Ethical and Security Issues of Health Information Technology
As information technology continues to be part of nearly every task in contemporary society, the healthcare industry is harnessing its capabilities to make work easier; especially, in data management. Nevertheless, this has come with its share of challenges. The rise of Electronic Health Records (EHR’s) is increasingly revolutionizing how patient information is created, accessed, and stored (Samadbeik, Gorzin, Khoshkam & Roudbari, 2015). The backdrop now stops with nurses and other healthcare workers who handle patient information. In particular, nurses have the responsibility to ensure that there is no security breach of any kind to the information they collect and store. Similarly, the protection of such information extends to the global concern of cyber security. Therefore, the devices that store information must always be kept and operated under very high encryptions and stringent rules that do not allow data leak. For example, portable devices must be made to have high-end log in security that may involve things like fingerprint identification so that it is almost possible for unauthorized persons to access the information.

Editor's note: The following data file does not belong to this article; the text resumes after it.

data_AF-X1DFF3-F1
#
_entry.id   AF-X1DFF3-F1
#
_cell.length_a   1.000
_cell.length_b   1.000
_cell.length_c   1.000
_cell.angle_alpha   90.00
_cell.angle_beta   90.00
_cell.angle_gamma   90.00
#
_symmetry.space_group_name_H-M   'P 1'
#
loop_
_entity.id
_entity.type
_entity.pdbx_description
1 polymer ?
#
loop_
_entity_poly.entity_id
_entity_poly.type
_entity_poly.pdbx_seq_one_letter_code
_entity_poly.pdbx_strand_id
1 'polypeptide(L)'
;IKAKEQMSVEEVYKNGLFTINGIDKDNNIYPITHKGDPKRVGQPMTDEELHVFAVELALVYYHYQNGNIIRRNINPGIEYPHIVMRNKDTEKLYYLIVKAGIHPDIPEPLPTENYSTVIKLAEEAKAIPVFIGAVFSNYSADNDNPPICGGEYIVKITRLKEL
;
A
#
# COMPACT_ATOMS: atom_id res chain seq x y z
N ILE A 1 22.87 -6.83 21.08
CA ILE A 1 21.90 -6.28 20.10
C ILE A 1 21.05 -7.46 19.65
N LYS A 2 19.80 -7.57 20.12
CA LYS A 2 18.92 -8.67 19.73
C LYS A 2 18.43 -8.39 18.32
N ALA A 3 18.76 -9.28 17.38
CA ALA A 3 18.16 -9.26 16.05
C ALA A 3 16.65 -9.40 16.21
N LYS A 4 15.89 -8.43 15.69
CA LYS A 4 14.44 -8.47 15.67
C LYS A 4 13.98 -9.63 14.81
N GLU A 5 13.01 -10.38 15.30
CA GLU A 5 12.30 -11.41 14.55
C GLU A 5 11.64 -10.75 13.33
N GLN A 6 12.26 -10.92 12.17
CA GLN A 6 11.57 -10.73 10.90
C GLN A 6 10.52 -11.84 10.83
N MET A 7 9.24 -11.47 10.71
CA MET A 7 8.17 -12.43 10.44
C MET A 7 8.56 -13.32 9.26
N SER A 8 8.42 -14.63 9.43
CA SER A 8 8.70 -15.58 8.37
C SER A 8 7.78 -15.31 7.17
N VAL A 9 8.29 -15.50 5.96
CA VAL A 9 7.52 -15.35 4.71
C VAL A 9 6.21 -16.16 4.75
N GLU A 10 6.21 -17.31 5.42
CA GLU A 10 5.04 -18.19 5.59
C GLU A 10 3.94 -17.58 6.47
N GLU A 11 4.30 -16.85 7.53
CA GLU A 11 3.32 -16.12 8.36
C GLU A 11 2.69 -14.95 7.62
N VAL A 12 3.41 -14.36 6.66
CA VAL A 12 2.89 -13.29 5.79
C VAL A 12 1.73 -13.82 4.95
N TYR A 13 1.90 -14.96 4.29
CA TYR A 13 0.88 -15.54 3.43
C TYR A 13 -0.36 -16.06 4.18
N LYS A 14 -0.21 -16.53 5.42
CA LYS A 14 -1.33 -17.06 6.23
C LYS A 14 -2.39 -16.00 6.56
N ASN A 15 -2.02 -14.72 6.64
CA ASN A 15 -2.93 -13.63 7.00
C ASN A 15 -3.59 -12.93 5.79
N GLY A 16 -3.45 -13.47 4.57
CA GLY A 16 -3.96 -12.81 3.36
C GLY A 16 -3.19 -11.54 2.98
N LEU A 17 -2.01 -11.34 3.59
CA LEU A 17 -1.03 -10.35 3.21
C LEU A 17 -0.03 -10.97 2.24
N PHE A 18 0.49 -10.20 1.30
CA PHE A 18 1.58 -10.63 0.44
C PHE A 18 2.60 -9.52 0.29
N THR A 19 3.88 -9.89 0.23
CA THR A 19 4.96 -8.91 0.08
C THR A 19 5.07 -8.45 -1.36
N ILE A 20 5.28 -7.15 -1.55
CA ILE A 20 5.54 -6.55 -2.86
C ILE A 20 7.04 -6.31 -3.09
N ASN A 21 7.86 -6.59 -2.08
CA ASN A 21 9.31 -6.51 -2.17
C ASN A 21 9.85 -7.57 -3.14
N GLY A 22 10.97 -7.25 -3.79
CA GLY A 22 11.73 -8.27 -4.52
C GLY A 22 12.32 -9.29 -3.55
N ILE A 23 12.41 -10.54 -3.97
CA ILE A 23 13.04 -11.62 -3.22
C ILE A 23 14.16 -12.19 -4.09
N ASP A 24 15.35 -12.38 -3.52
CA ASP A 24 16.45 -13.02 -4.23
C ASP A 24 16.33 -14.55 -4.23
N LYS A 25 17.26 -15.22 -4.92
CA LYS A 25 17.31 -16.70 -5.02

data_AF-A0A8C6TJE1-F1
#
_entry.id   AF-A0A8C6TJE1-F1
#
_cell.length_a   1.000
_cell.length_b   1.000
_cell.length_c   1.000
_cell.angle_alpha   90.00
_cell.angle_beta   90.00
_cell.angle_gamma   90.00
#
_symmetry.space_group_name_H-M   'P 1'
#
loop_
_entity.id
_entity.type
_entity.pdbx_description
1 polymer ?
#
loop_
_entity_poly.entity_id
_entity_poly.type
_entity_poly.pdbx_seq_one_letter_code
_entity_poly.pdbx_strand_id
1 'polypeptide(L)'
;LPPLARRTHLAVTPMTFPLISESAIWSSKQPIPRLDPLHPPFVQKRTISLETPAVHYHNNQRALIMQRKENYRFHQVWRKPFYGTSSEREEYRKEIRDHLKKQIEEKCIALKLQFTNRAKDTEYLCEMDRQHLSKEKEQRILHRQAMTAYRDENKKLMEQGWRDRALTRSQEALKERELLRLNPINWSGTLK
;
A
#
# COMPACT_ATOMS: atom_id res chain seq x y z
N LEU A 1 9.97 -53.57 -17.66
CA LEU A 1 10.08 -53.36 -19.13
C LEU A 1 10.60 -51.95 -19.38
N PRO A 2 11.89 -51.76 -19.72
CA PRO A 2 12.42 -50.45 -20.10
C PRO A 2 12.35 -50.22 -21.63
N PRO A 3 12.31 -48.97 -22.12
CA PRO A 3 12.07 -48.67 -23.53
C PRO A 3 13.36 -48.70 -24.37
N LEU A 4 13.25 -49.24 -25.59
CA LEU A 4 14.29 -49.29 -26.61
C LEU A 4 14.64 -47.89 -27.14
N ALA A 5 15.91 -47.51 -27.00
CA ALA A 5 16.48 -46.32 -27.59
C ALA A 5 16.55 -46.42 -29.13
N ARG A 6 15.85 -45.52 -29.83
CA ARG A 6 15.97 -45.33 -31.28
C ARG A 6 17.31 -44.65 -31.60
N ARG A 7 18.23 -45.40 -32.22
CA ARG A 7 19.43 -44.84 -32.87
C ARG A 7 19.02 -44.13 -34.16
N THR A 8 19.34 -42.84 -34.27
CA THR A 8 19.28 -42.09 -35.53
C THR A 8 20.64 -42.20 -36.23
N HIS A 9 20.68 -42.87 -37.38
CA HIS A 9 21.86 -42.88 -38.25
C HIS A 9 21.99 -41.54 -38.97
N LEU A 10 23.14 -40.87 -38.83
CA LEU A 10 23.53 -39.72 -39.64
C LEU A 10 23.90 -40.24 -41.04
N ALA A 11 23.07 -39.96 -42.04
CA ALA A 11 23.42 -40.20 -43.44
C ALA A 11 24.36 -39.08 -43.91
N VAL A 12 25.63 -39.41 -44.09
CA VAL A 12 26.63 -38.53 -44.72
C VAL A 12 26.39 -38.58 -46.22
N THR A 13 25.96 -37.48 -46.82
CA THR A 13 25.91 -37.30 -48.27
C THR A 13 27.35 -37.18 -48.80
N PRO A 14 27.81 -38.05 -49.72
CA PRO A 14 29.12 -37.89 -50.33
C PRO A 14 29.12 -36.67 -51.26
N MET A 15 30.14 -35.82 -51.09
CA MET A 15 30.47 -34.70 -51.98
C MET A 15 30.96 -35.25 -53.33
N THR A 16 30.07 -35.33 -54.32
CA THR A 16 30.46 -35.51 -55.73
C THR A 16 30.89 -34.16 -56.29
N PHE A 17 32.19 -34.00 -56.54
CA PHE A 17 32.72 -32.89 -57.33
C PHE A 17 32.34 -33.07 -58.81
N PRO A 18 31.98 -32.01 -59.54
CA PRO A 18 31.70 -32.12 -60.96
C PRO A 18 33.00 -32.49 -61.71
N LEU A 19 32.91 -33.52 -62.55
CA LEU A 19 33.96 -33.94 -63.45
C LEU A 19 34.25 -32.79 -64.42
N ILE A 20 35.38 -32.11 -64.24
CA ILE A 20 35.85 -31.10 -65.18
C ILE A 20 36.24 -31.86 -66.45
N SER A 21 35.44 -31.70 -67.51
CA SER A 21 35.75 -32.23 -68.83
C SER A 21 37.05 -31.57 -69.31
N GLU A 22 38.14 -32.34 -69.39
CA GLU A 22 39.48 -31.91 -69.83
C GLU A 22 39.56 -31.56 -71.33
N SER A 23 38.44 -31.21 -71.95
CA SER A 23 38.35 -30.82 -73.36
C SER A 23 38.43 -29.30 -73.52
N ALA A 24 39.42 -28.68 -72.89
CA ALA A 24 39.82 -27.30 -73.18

Some of the ethical issues that tend to arise are more often related to confidentiality of information stored. It affects both the healthcare workers at individual level and the devices used in case of data breach (Ozair, Jamshed, Sharma & Aggarwal, 2015). At my organization, there are several strategies that we use to safeguard patient information. Some of them include tracing data wherever it travels and ensuring it is encrypted at all times, risk assessment, controlling the Protected Health Information (PHI) workflow and unnecessary access, and being more proactive in general healthcare practice. While my organization has achieved much in safeguarding patient information in this digital age, I believe we still have much to do in being more proactive. It is commonplace that healthcare organizations that go above and beyond the stipulated data protection requirements thrive and are often preferred by patients. Addressing this would require an improvement in organizational culture and values that are aimed to make workers love their work passionately and treat it as primary responsibility just like one would care for their child.
1. Ozair, F. F., Jamshed, N., Sharma, A., & Aggarwal, P. (2015). Ethical issues in electronic health records: A general overview. Perspectives in Clinical Research, 6 (2), 73–76. http://doi.org/10.4103/2229-3485.153997.
2. Samadbeik, M., Gorzin, Z., Khoshkam, M., & Roudbari, M. (2015). Managing the Security of Nursing Data in the Electronic Health Record. Acta Informatica Medica, 23 (1), 39–43. http://doi.org/10.5455/aim.2015.23.39-43.
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